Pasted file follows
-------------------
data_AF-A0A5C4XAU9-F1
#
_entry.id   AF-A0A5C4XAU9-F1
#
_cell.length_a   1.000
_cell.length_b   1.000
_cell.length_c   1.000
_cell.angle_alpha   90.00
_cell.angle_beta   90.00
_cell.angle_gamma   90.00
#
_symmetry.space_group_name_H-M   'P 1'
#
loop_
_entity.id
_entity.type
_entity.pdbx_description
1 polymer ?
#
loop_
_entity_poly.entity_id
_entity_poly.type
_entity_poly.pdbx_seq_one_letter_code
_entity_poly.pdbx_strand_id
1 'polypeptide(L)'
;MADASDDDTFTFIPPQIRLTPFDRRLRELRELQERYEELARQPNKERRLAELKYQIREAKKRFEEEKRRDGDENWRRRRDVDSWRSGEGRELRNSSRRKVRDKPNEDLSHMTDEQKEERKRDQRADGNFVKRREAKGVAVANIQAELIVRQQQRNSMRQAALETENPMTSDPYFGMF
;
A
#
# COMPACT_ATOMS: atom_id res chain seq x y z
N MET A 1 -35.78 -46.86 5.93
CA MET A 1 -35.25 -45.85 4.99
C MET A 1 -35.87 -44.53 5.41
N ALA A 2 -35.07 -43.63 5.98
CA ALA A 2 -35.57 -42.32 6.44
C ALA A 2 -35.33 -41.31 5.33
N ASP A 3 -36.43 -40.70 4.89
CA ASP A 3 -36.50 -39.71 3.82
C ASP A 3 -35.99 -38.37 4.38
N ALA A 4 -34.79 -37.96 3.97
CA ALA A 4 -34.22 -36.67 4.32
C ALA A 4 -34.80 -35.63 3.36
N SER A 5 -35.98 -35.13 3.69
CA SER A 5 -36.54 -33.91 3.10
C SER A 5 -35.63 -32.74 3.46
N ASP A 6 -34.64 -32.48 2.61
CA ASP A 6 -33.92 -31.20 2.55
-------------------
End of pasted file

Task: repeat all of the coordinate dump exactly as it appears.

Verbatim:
data_AF-A0A5C4XAU9-F1
#
_entry.id   AF-A0A5C4XAU9-F1
#
_cell.length_a   1.000
_cell.length_b   1.000
_cell.length_c   1.000
_cell.angle_alpha   90.00
_cell.angle_beta   90.00
_cell.angle_gamma   90.00
#
_symmetry.space_group_name_H-M   'P 1'
#
loop_
_entity.id
_entity.type
_entity.pdbx_description
1 polymer ?
#
loop_
_entity_poly.entity_id
_entity_poly.type
_entity_poly.pdbx_seq_one_letter_code
_entity_poly.pdbx_strand_id
1 'polypeptide(L)'
;MADASDDDTFTFIPPQIRLTPFDRRLRELRELQERYEELARQPNKERRLAELKYQIREAKKRFEEEKRRDGDENWRRRRDVDSWRSGEGRELRNSSRRKVRDKPNEDLSHMTDEQKEERKRDQRADGNFVKRREAKGVAVANIQAELIVRQQQRNSMRQAALETENPMTSDPYFGMF
;
A
#
# COMPACT_ATOMS: atom_id res chain seq x y z
N MET A 1 -35.78 -46.86 5.93
CA MET A 1 -35.25 -45.85 4.99
C MET A 1 -35.87 -44.53 5.41
N ALA A 2 -35.07 -43.63 5.98
CA ALA A 2 -35.57 -42.32 6.44
C ALA A 2 -35.33 -41.31 5.33
N ASP A 3 -36.43 -40.70 4.89
CA ASP A 3 -36.50 -39.71 3.82
C ASP A 3 -35.99 -38.37 4.38
N ALA A 4 -34.79 -37.96 3.97
CA ALA A 4 -34.22 -36.67 4.32
C ALA A 4 -34.80 -35.63 3.36
N SER A 5 -35.98 -35.13 3.69
CA SER A 5 -36.54 -33.91 3.10
C SER A 5 -35.63 -32.74 3.46
N ASP A 6 -34.64 -32.48 2.61
CA ASP A 6 -33.92 -31.20 2.55